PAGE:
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10 Tips for Doing DIY Apartment Projects

No garage or basement? No problem! DIYing has no boundaries with these creative tips.

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Folding Mobile Workbench 4Folding Mobile Workbench

Make a Mobile Workstation

A folding workbench that doesn’t take up much space is the perfect solution for apartment-dwelling DIYers. Once you have this workbench built, you can set it up and take it down whenever you like because it folds up to only 7 inches wide! You only need two hours, some 2x4s, 3/4-in. plywood and 8 feet of 1×4.

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Designate a DIY Corner

Take a look around your apartment. Is there an unused corner? Or maybe you’re looking for an excuse to get rid of that rickety hutch collecting dust. Find a corner in which you can put a small table and use that as your DIY space. Install some shelves for storage and consider mounting a piece of pegboard on the wall to store all sorts of tools and materials.

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Buy Multi-Tasking Tools

When possible, buy tools that can do more than one job, so you don’t have so many things to store. Cordless tools that have multiple attachments, are versatile and give you the ability to do more tasks with fewer tools. Another good purchase is a Leatherman multitool. A multitool is essentially a toolbox in your pocket and will be a major help around the apartment.

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park Roman Babakin/Shutterstock

Use a Common Area in Your Building

If working inside your apartment is a no-go, check with your building superintendent to see if there is a space in or around your building where you can work on DIY projects. Maybe there’s a spot in the parking garage or lot where you could set up a small spray-painting project or perhaps there’s a utility sink where you could clean your humidifier. Always clean up carefully so you don’t upset other residents or maintenance personnel.

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Be Considerate of Noise and Neighbors

One of the biggest complaints apartment neighbors have about each other is noise. If you DIY too early in the morning or too late at night, you may get an angry knock on your door. Even if it’s in the middle of the day, using loud power tools could wake a napping baby or disturb someone working from home. A thick rug may absorb some of the noise for your downstairs neighbors, but always be considerate of those around you. If you’ve been installing shelves and it’s been a little noisy, perhaps offering to help neighbors install shelves in their apartments would make them less irritated!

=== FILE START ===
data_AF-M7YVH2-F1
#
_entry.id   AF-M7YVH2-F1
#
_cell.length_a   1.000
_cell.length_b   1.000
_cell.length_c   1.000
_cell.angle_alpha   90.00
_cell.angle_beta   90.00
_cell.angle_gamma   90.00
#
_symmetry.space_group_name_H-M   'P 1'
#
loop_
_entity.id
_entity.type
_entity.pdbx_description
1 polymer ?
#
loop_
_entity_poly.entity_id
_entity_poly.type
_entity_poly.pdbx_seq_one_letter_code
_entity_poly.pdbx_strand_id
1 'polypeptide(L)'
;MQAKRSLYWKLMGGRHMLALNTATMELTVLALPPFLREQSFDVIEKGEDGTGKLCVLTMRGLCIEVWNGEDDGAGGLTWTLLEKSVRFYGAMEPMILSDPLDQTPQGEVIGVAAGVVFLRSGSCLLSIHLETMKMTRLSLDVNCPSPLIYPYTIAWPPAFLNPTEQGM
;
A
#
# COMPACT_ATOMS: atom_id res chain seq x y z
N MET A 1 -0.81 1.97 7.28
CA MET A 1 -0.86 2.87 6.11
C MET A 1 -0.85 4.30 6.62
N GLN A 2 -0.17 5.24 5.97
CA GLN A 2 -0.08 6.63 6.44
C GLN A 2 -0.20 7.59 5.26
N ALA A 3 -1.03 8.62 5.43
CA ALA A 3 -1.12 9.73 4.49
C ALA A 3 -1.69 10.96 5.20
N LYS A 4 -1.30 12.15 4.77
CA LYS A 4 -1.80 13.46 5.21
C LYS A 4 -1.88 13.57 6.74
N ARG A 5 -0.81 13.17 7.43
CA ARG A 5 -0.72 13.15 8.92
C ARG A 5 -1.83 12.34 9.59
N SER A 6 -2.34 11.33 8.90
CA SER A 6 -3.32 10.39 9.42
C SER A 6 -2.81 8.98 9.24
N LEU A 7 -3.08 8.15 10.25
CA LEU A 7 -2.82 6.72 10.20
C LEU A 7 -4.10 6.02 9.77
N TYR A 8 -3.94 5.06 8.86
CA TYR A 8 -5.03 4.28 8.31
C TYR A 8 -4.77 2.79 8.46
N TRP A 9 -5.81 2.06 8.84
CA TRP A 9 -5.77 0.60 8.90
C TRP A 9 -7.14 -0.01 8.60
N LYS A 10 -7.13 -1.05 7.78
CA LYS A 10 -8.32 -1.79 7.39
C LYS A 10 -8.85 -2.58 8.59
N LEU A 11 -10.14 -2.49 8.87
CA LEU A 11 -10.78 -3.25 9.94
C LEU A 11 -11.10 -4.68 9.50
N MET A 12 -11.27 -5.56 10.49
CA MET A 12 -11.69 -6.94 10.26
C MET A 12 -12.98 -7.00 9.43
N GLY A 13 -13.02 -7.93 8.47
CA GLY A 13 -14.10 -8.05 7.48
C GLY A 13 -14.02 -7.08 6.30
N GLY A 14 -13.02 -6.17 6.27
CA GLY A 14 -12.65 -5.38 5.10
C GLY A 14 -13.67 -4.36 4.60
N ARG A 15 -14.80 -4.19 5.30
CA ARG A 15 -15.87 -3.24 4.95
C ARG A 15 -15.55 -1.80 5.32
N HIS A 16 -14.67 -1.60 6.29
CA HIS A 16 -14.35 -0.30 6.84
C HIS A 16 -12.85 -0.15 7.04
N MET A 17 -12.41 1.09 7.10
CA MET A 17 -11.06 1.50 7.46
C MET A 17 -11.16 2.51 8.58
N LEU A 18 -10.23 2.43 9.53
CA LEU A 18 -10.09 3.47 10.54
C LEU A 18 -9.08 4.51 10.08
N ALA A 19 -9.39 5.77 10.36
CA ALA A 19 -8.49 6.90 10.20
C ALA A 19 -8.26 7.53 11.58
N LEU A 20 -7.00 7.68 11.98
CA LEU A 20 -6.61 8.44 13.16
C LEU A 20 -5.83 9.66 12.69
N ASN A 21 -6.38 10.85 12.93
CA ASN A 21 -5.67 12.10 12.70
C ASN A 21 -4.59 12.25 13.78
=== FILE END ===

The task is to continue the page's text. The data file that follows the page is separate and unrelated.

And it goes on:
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Find a Cooperative Workspace

If you’d prefer to keep your DIY projects out of your living space, but don’t have permission to use onsite locations at your apartment complex, consider using a cooperative workspace in your community. Especially if you live near a city, your chances of finding a community workshop are high. There’s Fort Houston in Nashville, Southside Hub in Chicago, ADX in Portland, Community Workshop in Los Angeles, The Crucible in Oakland, HammerSpace in Kansas City and Philadelphia Woodworks in Philly. The list goes on!

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wood Kzenon/Shutterstock

Have Someone Else Cut Boards

If you’re going to build something in your apartment, chances are you don’t have room for full-size boards or sheets of plywood. Some home improvement stores will cut materials to length for you if you ask. Some will do this for free while others may charge a small fee.

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Use Press and Seal Food Wrap

If you’re concerned about your d├ęcor, clothes, food and more getting dusty during your DIYing, protect them with Glad Press ‘n Seal plastic wrap. It goes on fast, stays right where you put it and won’t damage whatever you’re trying to protect.

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porchTatiana Chekryzhova/Shutterstock

Use Your Balcony or Deck

If you’re lucky enough to have a balcony, deck or large enough stoop at your apartment, by all means turn it into a makeshift workshop! Outdoor spaces such as these are great for painting and projects that require drilling. Always remember to project anything around the area that could be damaged and don’t encroach on your neighbor’s space unless you have their permission.

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Use the Parking Lot

There can often be a lot of unused space in a parking lot, so go ahead and ask the building superintendent if it’s OK for you to set up shop there for the day. Just be sure you pick up and sweep up, paying close attention that you don’t leave behind any hazardous things like nails, pieces of glass, small bits of wood and more.

Alexa Erickson
Alexa is an experienced lifestyle and news writer, currently working with Reader's Digest, Shape Magazine and various other publications. She loves writing about her travels, health, wellness, home decor, food and drink, fashion, beauty and scientific news. Follow her traveling adventures on Instagram: @living_by_lex, send her a message: [email protected] and check out her website: